HOMEWOOD (KDKA) – Bill Clinton hit the campaign trail on Friday, and a crowd lined up to see the former president campaign in a part of Pittsburgh often ignored by politicians.

They lined up along Frankstown Avenue in Homewood to get into the Coliseum, a local venue probably unknown to most national politicians — and the former president received an enthusiastic welcome.

Clinton was a poor southern white boy from Arkansas, but he’s always had a special connection to the African American community.

So, no surprise, that Hillary Clinton would want him to be right here in Homewood.

Clinton quickly drew the distinction between his wife and Donald Trump.

“When I was a little boy, my mother started teaching me and it’s taken a lifetime to learn, sometimes I still forget, that you almost never make a good decision in anger,” Clinton told the crowd of 500.

“We got one candidate preaching anger, and another one offering answers.”

And he suggested Homewood wants both safe streets and more good cops.

“Don’t you want to live in this neighborhood where no young African American male is afraid to walk the streets and walk out?”

“Let me finish,” he went on, “And don’t you want to live in a neighborhood where you see a police man or woman in a uniform you’re glad to see them because they’re helping your kids to stay safe?”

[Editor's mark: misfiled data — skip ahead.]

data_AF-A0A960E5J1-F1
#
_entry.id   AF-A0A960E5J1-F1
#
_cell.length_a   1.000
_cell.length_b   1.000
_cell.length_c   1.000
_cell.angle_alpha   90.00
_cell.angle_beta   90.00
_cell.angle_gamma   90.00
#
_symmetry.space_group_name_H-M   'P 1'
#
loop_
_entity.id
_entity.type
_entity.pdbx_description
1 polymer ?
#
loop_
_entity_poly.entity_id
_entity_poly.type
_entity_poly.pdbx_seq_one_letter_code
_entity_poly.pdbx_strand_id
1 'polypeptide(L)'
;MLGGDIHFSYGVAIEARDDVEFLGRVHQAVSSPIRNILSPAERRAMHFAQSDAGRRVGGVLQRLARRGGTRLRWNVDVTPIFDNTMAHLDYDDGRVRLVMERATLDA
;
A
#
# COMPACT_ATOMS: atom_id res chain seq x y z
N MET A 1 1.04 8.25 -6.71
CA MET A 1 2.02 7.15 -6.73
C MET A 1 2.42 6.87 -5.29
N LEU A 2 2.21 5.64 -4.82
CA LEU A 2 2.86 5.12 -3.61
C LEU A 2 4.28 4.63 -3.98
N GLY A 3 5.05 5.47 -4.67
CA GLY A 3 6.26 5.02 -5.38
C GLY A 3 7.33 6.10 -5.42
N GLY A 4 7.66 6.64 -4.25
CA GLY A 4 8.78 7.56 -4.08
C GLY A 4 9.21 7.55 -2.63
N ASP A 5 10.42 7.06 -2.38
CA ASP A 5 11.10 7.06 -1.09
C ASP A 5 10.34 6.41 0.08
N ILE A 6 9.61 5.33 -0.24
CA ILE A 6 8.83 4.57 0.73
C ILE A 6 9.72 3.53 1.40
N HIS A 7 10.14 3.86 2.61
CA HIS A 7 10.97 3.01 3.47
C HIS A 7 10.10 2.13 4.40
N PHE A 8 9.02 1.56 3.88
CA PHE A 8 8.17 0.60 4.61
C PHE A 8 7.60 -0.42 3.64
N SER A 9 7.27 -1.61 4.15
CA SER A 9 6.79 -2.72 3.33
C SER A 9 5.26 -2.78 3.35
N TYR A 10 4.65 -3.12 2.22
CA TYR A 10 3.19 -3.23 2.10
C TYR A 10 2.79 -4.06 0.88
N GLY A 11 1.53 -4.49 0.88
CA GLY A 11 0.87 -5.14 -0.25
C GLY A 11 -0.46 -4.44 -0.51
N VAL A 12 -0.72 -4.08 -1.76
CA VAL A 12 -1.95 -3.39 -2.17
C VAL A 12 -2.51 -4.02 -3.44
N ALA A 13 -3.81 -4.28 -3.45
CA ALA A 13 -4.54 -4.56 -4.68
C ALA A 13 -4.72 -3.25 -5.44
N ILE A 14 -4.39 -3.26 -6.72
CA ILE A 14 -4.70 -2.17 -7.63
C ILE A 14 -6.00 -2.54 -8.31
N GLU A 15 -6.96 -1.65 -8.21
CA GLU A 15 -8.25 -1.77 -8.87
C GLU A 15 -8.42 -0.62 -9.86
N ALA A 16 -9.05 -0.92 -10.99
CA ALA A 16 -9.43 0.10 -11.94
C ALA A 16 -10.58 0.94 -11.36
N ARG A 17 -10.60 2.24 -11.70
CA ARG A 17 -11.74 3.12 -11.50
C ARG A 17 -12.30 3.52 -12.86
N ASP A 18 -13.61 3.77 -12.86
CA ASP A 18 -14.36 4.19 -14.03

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“You want both.”

Clinton also reached out to hard-hit coal workers, joking, “The coal people don’t like any of us anymore.  They all voted for me.  I won twice and they did well.  And they blame the president when the sun doesn’t come up in the morning now.”

But the former president said it was warmer weather, cheaper natural gas, and cleaner coal that hurt our region — and his wife had the only plan to help.

“We need to all go into the future together.  We really are stronger together, so if she wins, she’s coming back for you, too, and don’t you forget it.”

But Clinton’s basic appeal this Friday was the all-important city vote.

“We can do it.  You can do it.  But Hillary to do it has to win Pennsylvania, and that’s you.”

KDKA political editor Jon Delano says it’s another sign how important the African American vote in this presidential election.

“I have never in my life seen a presidential candidate come to our neighborhood, this early, this early, and talk about us,” Allegheny County councilman DeWitt Walton told the crowd.

Clinton was quick to remind the crowd that Trump’s theme of taking America back wasn’t good news for everyone.

“It wasn’t so great for a lot of people 50 years ago.”

“If you were African American, Latino, if you were first generation immigrant, if you belonged to some religions, and if you were gay, forget about it.   It wasn’t so great for some people.”

And he joked that for even those who wished for the old days,  Trump could not deliver.

“Saying I’ll make it the way it used to be is like me saying I’d like to be 20 again. I would actually, but I wouldn’t vote for anybody who promised to make me 20 again.”

Clinton said Hillary was the only one offering substantive plans for the future.

“We need answers not anger, and she is the only candidate offering them.”

Pennsylvania Rep. Ed Gainey says the Clintons know the importance of African Americans.

“We are the backbone of the Democratic Party,” said Gainey.

“They know that we’re going to vote Democrat, so to see Bill Clinton come to a community like Homewood really inspires you to get out to vote.”